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Review: Munich (2005)

Munich (2005)

Directed by: Steven Spielberg

Premise: After the massacre of Israeli athletes at the 1972 Olympics, a Mossad agent (Eric Bana) leads a team that hunts down those people who planned the attack. 

What Works: Munich straddles the genres of the spy thriller, the historical film, and the revenge tale and it manages to satisfy all the genre considerations and in some cases use them to foil one another. This is a film about violence and retaliation and the cost of that retaliation. Unlike many films dealing with terrorism Munich asks all the pertinent ethical questions. The intelligence behind this film and the balance it employs in its political outlook elevates it above any one of the genres it dips into. Eric Bana gives a terrific performance as Avner, the Mossad agent, and as the film progresses his paranoia and moral dilemmas increase. His performance nails the conflicts of the film and deserves recognition.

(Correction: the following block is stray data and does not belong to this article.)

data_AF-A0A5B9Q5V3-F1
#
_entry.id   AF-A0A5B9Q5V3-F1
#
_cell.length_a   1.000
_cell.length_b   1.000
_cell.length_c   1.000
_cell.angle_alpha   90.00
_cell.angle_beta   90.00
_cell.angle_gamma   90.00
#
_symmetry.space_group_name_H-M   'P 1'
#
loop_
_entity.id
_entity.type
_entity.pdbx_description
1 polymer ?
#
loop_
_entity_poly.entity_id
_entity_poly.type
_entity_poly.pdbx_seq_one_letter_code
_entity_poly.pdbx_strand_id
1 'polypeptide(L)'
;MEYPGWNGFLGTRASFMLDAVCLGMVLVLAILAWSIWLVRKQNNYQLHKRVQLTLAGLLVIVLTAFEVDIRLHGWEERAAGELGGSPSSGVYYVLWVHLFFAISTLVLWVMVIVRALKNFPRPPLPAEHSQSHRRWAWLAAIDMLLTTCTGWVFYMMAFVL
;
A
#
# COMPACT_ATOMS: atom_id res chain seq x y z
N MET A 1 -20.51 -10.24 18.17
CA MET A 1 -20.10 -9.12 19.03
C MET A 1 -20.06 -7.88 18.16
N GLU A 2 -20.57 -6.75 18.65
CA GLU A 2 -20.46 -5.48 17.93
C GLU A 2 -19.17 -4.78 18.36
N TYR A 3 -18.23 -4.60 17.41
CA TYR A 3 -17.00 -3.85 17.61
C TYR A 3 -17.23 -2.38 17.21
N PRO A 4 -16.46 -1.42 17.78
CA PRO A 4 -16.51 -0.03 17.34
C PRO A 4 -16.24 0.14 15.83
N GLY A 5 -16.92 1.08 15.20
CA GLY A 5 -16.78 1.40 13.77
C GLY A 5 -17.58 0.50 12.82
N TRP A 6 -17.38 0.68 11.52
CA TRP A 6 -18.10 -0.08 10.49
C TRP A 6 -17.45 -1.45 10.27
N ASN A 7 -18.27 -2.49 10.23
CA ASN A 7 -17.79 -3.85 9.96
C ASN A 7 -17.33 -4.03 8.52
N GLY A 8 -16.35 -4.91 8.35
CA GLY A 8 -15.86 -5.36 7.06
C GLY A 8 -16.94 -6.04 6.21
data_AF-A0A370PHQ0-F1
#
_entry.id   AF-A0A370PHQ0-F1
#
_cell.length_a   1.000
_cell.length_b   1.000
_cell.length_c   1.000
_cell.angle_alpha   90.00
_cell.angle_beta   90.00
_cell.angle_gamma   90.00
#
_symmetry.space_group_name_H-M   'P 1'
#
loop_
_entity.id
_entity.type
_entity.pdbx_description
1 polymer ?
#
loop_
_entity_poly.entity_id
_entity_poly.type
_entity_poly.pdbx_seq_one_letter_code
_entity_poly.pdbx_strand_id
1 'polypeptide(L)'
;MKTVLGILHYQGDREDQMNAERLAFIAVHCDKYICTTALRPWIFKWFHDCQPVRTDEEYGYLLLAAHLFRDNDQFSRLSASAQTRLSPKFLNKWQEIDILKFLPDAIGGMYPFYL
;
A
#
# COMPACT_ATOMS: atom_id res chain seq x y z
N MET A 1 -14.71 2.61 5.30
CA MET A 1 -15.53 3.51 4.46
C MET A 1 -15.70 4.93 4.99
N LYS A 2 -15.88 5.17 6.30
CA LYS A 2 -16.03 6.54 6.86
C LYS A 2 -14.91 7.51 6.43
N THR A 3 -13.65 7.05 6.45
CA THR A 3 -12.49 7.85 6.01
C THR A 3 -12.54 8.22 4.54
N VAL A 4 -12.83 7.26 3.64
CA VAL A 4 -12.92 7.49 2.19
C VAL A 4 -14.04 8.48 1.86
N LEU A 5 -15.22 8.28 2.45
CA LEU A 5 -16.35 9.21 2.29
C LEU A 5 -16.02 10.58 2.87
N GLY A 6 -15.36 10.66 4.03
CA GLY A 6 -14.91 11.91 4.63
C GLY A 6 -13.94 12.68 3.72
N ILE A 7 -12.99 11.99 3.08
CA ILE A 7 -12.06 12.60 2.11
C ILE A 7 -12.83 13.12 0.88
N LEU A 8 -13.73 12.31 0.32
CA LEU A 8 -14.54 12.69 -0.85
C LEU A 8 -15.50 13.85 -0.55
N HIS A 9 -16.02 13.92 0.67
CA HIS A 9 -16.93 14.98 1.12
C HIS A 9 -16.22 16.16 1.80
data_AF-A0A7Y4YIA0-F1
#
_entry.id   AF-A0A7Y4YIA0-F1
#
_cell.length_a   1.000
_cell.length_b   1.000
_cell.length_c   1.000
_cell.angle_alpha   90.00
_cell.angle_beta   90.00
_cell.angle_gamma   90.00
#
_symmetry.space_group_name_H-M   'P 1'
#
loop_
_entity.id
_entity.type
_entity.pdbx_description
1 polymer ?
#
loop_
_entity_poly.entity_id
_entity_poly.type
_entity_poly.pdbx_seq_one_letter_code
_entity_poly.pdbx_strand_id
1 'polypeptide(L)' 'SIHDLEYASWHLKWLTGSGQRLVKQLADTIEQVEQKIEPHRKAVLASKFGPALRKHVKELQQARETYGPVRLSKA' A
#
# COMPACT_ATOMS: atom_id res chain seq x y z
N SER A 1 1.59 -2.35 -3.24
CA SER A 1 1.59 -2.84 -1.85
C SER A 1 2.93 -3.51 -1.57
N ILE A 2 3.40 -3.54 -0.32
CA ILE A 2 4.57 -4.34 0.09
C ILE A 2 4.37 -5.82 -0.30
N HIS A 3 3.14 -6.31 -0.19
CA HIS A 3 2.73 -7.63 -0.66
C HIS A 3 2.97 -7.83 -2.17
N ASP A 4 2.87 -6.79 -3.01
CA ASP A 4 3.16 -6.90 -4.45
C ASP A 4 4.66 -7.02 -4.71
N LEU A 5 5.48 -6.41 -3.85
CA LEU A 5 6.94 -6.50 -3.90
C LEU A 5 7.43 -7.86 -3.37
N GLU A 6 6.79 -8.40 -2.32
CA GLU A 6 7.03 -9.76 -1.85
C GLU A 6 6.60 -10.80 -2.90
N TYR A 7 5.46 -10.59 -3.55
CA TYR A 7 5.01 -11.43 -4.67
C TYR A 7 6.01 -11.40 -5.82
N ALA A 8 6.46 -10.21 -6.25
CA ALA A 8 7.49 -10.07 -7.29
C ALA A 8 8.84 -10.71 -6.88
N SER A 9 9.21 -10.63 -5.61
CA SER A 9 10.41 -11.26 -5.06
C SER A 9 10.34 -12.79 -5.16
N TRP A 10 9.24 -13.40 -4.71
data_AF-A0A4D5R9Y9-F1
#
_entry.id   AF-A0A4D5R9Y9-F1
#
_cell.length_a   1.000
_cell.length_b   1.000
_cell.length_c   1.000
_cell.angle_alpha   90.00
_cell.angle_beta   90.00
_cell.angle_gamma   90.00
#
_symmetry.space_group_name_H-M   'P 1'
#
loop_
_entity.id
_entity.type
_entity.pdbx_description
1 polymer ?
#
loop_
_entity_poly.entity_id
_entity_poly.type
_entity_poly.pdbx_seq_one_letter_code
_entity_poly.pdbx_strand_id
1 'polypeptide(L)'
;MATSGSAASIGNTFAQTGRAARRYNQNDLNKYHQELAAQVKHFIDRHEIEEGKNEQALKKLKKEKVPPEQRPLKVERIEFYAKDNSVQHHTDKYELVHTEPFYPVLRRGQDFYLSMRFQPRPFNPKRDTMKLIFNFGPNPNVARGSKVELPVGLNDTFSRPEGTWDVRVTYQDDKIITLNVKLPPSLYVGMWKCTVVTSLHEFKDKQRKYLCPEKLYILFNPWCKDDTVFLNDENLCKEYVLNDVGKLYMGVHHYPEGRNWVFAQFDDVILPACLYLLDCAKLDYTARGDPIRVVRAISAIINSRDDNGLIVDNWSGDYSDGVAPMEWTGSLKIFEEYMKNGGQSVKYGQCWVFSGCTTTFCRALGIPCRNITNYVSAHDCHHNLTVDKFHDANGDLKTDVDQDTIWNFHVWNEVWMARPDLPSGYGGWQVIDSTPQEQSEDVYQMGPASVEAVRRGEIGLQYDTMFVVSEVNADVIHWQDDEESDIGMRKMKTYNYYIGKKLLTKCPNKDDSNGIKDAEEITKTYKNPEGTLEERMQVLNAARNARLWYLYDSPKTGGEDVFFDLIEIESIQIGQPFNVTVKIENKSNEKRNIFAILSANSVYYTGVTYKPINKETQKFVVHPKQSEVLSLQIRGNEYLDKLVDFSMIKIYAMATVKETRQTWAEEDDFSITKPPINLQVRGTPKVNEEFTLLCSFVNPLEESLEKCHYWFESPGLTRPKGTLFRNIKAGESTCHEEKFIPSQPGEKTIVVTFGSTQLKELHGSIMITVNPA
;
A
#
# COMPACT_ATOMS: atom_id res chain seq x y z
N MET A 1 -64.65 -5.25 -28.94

What Doesn’t: There is not much wrong with the film. Geoffrey Rush appears in a small part that could have been expanded. As Avner’s mission continues he becomes estranged from Israel. Most of this is covered at the end, but it may have been helpful to see that estrangement during the mission.

Bottom Line: Munich is one of Spielberg’s best films. Among his historical films, this may be his masterpiece.

Episode: #80 (January 8, 2006)